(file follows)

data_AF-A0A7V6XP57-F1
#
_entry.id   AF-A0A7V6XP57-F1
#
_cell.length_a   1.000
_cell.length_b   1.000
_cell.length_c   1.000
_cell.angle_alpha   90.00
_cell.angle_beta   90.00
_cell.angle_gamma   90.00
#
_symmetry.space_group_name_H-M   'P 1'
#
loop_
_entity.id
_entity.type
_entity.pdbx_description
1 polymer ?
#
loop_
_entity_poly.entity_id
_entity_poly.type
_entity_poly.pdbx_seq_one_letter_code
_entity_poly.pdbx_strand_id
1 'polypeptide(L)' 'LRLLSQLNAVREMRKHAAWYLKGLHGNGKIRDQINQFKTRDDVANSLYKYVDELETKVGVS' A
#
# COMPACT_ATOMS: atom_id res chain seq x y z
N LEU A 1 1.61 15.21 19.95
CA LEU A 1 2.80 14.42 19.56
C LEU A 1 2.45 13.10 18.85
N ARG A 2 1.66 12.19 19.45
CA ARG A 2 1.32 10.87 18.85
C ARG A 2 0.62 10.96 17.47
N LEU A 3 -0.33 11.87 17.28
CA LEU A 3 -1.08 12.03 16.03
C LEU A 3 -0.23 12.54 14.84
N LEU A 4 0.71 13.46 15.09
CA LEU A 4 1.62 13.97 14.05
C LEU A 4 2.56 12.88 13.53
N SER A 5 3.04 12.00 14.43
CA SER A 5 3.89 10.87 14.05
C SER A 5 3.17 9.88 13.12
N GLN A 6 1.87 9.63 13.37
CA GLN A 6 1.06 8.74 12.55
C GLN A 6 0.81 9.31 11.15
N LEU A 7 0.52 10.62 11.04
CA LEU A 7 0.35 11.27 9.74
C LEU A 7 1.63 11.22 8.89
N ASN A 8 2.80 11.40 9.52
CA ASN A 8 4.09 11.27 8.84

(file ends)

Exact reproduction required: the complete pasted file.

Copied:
data_AF-A0A7V6XP57-F1
#
_entry.id   AF-A0A7V6XP57-F1
#
_cell.length_a   1.000
_cell.length_b   1.000
_cell.length_c   1.000
_cell.angle_alpha   90.00
_cell.angle_beta   90.00
_cell.angle_gamma   90.00
#
_symmetry.space_group_name_H-M   'P 1'
#
loop_
_entity.id
_entity.type
_entity.pdbx_description
1 polymer ?
#
loop_
_entity_poly.entity_id
_entity_poly.type
_entity_poly.pdbx_seq_one_letter_code
_entity_poly.pdbx_strand_id
1 'polypeptide(L)' 'LRLLSQLNAVREMRKHAAWYLKGLHGNGKIRDQINQFKTRDDVANSLYKYVDELETKVGVS' A
#
# COMPACT_ATOMS: atom_id res chain seq x y z
N LEU A 1 1.61 15.21 19.95
CA LEU A 1 2.80 14.42 19.56
C LEU A 1 2.45 13.10 18.85
N ARG A 2 1.66 12.19 19.45
CA ARG A 2 1.32 10.87 18.85
C ARG A 2 0.62 10.96 17.47
N LEU A 3 -0.33 11.87 17.28
CA LEU A 3 -1.08 12.03 16.03
C LEU A 3 -0.23 12.54 14.84
N LEU A 4 0.71 13.46 15.09
CA LEU A 4 1.62 13.97 14.05
C LEU A 4 2.56 12.88 13.53
N SER A 5 3.04 12.00 14.43
CA SER A 5 3.89 10.87 14.05
C SER A 5 3.17 9.88 13.12
N GLN A 6 1.87 9.63 13.37
CA GLN A 6 1.06 8.74 12.55
C GLN A 6 0.81 9.31 11.15
N LEU A 7 0.52 10.62 11.04
CA LEU A 7 0.35 11.27 9.74
C LEU A 7 1.63 11.22 8.89
N ASN A 8 2.80 11.40 9.52
CA ASN A 8 4.09 11.27 8.84